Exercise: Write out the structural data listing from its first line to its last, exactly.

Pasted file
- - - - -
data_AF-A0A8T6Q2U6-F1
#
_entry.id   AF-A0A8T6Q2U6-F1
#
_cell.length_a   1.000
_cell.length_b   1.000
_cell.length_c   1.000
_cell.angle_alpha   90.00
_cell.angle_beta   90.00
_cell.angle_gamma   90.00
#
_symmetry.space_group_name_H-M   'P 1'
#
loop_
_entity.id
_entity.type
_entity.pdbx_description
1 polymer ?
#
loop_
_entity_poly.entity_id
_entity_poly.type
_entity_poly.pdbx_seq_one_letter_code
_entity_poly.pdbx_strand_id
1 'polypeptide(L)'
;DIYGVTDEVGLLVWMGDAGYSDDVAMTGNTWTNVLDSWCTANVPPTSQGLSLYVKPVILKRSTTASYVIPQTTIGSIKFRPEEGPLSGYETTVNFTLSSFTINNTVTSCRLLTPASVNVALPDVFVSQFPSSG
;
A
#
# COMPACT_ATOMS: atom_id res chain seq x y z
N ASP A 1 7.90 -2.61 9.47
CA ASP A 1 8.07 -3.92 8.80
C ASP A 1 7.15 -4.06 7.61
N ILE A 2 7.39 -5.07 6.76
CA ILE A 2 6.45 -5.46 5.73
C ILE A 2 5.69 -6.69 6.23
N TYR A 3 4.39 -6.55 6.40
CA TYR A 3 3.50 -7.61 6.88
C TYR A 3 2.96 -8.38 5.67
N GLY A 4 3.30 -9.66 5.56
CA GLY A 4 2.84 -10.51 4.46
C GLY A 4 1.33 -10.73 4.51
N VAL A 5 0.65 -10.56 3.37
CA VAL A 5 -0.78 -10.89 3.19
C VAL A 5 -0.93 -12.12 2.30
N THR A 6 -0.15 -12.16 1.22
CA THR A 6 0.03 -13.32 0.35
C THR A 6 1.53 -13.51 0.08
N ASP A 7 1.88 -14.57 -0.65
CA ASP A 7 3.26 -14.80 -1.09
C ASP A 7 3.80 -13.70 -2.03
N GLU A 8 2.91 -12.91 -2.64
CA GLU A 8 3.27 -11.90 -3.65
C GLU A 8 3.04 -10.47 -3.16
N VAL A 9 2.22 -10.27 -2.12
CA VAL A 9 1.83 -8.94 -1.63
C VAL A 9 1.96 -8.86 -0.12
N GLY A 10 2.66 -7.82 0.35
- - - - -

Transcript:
data_AF-A0A8T6Q2U6-F1
#
_entry.id   AF-A0A8T6Q2U6-F1
#
_cell.length_a   1.000
_cell.length_b   1.000
_cell.length_c   1.000
_cell.angle_alpha   90.00
_cell.angle_beta   90.00
_cell.angle_gamma   90.00
#
_symmetry.space_group_name_H-M   'P 1'
#
loop_
_entity.id
_entity.type
_entity.pdbx_description
1 polymer ?
#
loop_
_entity_poly.entity_id
_entity_poly.type
_entity_poly.pdbx_seq_one_letter_code
_entity_poly.pdbx_strand_id
1 'polypeptide(L)'
;DIYGVTDEVGLLVWMGDAGYSDDVAMTGNTWTNVLDSWCTANVPPTSQGLSLYVKPVILKRSTTASYVIPQTTIGSIKFRPEEGPLSGYETTVNFTLSSFTINNTVTSCRLLTPASVNVALPDVFVSQFPSSG
;
A
#
# COMPACT_ATOMS: atom_id res chain seq x y z
N ASP A 1 7.90 -2.61 9.47
CA ASP A 1 8.07 -3.92 8.80
C ASP A 1 7.15 -4.06 7.61
N ILE A 2 7.39 -5.07 6.76
CA ILE A 2 6.45 -5.46 5.73
C ILE A 2 5.69 -6.69 6.23
N TYR A 3 4.39 -6.55 6.40
CA TYR A 3 3.50 -7.61 6.88
C TYR A 3 2.96 -8.38 5.67
N GLY A 4 3.30 -9.66 5.56
CA GLY A 4 2.84 -10.51 4.46
C GLY A 4 1.33 -10.73 4.51
N VAL A 5 0.65 -10.56 3.37
CA VAL A 5 -0.78 -10.89 3.19
C VAL A 5 -0.93 -12.12 2.30
N THR A 6 -0.15 -12.16 1.22
CA THR A 6 0.03 -13.32 0.35
C THR A 6 1.53 -13.51 0.08
N ASP A 7 1.88 -14.57 -0.65
CA ASP A 7 3.26 -14.80 -1.09
C ASP A 7 3.80 -13.70 -2.03
N GLU A 8 2.91 -12.91 -2.64
CA GLU A 8 3.27 -11.90 -3.65
C GLU A 8 3.04 -10.47 -3.16
N VAL A 9 2.22 -10.27 -2.12
CA VAL A 9 1.83 -8.94 -1.63
C VAL A 9 1.96 -8.86 -0.12
N GLY A 10 2.66 -7.82 0.35